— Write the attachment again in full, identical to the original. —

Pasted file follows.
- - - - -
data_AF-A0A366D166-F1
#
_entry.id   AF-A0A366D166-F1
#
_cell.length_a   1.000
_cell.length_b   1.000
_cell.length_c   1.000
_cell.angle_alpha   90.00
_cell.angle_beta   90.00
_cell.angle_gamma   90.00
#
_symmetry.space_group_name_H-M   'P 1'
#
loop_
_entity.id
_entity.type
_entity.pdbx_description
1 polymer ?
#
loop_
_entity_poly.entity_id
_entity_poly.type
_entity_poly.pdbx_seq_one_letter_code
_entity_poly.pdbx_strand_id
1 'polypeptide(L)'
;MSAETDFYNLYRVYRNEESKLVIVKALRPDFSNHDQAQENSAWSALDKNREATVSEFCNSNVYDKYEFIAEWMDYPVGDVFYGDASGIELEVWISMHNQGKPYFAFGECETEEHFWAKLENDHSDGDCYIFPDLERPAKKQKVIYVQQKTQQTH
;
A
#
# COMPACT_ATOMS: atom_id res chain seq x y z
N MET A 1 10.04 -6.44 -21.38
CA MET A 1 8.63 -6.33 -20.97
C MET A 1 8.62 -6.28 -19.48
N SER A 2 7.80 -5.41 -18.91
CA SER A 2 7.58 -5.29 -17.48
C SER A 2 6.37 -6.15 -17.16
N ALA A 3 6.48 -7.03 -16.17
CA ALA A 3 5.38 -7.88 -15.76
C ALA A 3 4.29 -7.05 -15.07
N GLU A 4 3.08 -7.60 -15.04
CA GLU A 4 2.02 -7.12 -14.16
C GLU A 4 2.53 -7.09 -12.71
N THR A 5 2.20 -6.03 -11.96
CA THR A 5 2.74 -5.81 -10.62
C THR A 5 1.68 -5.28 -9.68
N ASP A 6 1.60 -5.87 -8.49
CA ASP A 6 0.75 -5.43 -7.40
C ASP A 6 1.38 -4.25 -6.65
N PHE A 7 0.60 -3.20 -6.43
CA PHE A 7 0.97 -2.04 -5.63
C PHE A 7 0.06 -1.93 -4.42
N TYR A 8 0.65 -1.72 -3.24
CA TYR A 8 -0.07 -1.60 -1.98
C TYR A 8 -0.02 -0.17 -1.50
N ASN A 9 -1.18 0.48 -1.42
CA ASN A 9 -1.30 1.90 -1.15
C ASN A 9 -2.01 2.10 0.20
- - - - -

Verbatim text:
data_AF-A0A366D166-F1
#
_entry.id   AF-A0A366D166-F1
#
_cell.length_a   1.000
_cell.length_b   1.000
_cell.length_c   1.000
_cell.angle_alpha   90.00
_cell.angle_beta   90.00
_cell.angle_gamma   90.00
#
_symmetry.space_group_name_H-M   'P 1'
#
loop_
_entity.id
_entity.type
_entity.pdbx_description
1 polymer ?
#
loop_
_entity_poly.entity_id
_entity_poly.type
_entity_poly.pdbx_seq_one_letter_code
_entity_poly.pdbx_strand_id
1 'polypeptide(L)'
;MSAETDFYNLYRVYRNEESKLVIVKALRPDFSNHDQAQENSAWSALDKNREATVSEFCNSNVYDKYEFIAEWMDYPVGDVFYGDASGIELEVWISMHNQGKPYFAFGECETEEHFWAKLENDHSDGDCYIFPDLERPAKKQKVIYVQQKTQQTH
;
A
#
# COMPACT_ATOMS: atom_id res chain seq x y z
N MET A 1 10.04 -6.44 -21.38
CA MET A 1 8.63 -6.33 -20.97
C MET A 1 8.62 -6.28 -19.48
N SER A 2 7.80 -5.41 -18.91
CA SER A 2 7.58 -5.29 -17.48
C SER A 2 6.37 -6.15 -17.16
N ALA A 3 6.48 -7.03 -16.17
CA ALA A 3 5.38 -7.88 -15.76
C ALA A 3 4.29 -7.05 -15.07
N GLU A 4 3.08 -7.60 -15.04
CA GLU A 4 2.02 -7.12 -14.16
C GLU A 4 2.53 -7.09 -12.71
N THR A 5 2.20 -6.03 -11.96
CA THR A 5 2.74 -5.81 -10.62
C THR A 5 1.68 -5.28 -9.68
N ASP A 6 1.60 -5.87 -8.49
CA ASP A 6 0.75 -5.43 -7.40
C ASP A 6 1.38 -4.25 -6.65
N PHE A 7 0.60 -3.20 -6.43
CA PHE A 7 0.97 -2.04 -5.63
C PHE A 7 0.06 -1.93 -4.42
N TYR A 8 0.65 -1.72 -3.24
CA TYR A 8 -0.07 -1.60 -1.98
C TYR A 8 -0.02 -0.17 -1.50
N ASN A 9 -1.18 0.48 -1.42
CA ASN A 9 -1.30 1.90 -1.15
C ASN A 9 -2.01 2.10 0.20